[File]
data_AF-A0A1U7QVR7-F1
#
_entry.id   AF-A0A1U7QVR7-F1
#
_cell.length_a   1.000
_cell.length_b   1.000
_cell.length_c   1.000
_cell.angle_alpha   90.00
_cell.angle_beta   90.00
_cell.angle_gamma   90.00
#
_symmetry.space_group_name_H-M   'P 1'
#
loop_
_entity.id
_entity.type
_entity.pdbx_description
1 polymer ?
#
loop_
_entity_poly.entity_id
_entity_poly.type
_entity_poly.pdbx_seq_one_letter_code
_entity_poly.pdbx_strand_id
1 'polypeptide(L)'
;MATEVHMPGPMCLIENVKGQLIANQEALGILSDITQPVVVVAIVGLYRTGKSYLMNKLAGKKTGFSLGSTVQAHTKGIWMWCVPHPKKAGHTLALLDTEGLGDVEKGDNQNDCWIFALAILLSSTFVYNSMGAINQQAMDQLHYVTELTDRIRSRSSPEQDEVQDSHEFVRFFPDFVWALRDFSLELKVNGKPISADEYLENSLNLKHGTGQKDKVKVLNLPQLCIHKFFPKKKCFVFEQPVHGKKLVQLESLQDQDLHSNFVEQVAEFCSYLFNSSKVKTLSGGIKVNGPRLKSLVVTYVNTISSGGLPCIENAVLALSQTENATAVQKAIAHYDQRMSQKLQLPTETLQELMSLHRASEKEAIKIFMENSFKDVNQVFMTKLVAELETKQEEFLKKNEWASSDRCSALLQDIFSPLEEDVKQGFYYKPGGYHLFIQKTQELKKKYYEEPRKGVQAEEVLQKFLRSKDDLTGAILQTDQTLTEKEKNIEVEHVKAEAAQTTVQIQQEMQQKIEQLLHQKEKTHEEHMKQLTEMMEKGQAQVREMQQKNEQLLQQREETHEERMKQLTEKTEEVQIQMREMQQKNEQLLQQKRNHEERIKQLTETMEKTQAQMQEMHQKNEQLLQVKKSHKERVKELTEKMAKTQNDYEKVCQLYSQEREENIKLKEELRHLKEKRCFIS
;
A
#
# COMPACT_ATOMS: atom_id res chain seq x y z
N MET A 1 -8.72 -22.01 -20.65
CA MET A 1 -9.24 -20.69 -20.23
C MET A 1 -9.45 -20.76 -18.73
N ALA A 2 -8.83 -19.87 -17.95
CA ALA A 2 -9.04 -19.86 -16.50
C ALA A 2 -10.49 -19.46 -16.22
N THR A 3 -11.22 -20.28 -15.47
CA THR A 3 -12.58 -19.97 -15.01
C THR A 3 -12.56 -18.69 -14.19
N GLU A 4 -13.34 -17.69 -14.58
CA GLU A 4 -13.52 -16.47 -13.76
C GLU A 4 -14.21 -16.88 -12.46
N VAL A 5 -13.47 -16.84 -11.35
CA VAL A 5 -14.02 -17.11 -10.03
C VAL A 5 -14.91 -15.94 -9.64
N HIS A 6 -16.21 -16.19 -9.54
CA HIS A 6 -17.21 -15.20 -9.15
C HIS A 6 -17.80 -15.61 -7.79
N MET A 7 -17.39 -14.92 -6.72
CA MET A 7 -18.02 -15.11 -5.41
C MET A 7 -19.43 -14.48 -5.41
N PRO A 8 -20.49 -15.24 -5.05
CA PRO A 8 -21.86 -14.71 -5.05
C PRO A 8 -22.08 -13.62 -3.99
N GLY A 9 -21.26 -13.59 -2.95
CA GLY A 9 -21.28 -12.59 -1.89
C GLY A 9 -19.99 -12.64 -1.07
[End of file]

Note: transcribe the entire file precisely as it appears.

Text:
data_AF-A0A1U7QVR7-F1
#
_entry.id   AF-A0A1U7QVR7-F1
#
_cell.length_a   1.000
_cell.length_b   1.000
_cell.length_c   1.000
_cell.angle_alpha   90.00
_cell.angle_beta   90.00
_cell.angle_gamma   90.00
#
_symmetry.space_group_name_H-M   'P 1'
#
loop_
_entity.id
_entity.type
_entity.pdbx_description
1 polymer ?
#
loop_
_entity_poly.entity_id
_entity_poly.type
_entity_poly.pdbx_seq_one_letter_code
_entity_poly.pdbx_strand_id
1 'polypeptide(L)'
;MATEVHMPGPMCLIENVKGQLIANQEALGILSDITQPVVVVAIVGLYRTGKSYLMNKLAGKKTGFSLGSTVQAHTKGIWMWCVPHPKKAGHTLALLDTEGLGDVEKGDNQNDCWIFALAILLSSTFVYNSMGAINQQAMDQLHYVTELTDRIRSRSSPEQDEVQDSHEFVRFFPDFVWALRDFSLELKVNGKPISADEYLENSLNLKHGTGQKDKVKVLNLPQLCIHKFFPKKKCFVFEQPVHGKKLVQLESLQDQDLHSNFVEQVAEFCSYLFNSSKVKTLSGGIKVNGPRLKSLVVTYVNTISSGGLPCIENAVLALSQTENATAVQKAIAHYDQRMSQKLQLPTETLQELMSLHRASEKEAIKIFMENSFKDVNQVFMTKLVAELETKQEEFLKKNEWASSDRCSALLQDIFSPLEEDVKQGFYYKPGGYHLFIQKTQELKKKYYEEPRKGVQAEEVLQKFLRSKDDLTGAILQTDQTLTEKEKNIEVEHVKAEAAQTTVQIQQEMQQKIEQLLHQKEKTHEEHMKQLTEMMEKGQAQVREMQQKNEQLLQQREETHEERMKQLTEKTEEVQIQMREMQQKNEQLLQQKRNHEERIKQLTETMEKTQAQMQEMHQKNEQLLQVKKSHKERVKELTEKMAKTQNDYEKVCQLYSQEREENIKLKEELRHLKEKRCFIS
;
A
#
# COMPACT_ATOMS: atom_id res chain seq x y z
N MET A 1 -8.72 -22.01 -20.65
CA MET A 1 -9.24 -20.69 -20.23
C MET A 1 -9.45 -20.76 -18.73
N ALA A 2 -8.83 -19.87 -17.95
CA ALA A 2 -9.04 -19.86 -16.50
C ALA A 2 -10.49 -19.46 -16.22
N THR A 3 -11.22 -20.28 -15.47
CA THR A 3 -12.58 -19.97 -15.01
C THR A 3 -12.56 -18.69 -14.19
N GLU A 4 -13.34 -17.69 -14.58
CA GLU A 4 -13.52 -16.47 -13.76
C GLU A 4 -14.21 -16.88 -12.46
N VAL A 5 -13.47 -16.84 -11.35
CA VAL A 5 -14.02 -17.11 -10.03
C VAL A 5 -14.91 -15.94 -9.64
N HIS A 6 -16.21 -16.19 -9.54
CA HIS A 6 -17.21 -15.20 -9.15
C HIS A 6 -17.80 -15.61 -7.79
N MET A 7 -17.39 -14.92 -6.72
CA MET A 7 -18.02 -15.11 -5.41
C MET A 7 -19.43 -14.48 -5.41
N PRO A 8 -20.49 -15.24 -5.05
CA PRO A 8 -21.86 -14.71 -5.05
C PRO A 8 -22.08 -13.62 -3.99
N GLY A 9 -21.26 -13.59 -2.95
CA GLY A 9 -21.28 -12.59 -1.89
C GLY A 9 -19.99 -12.64 -1.07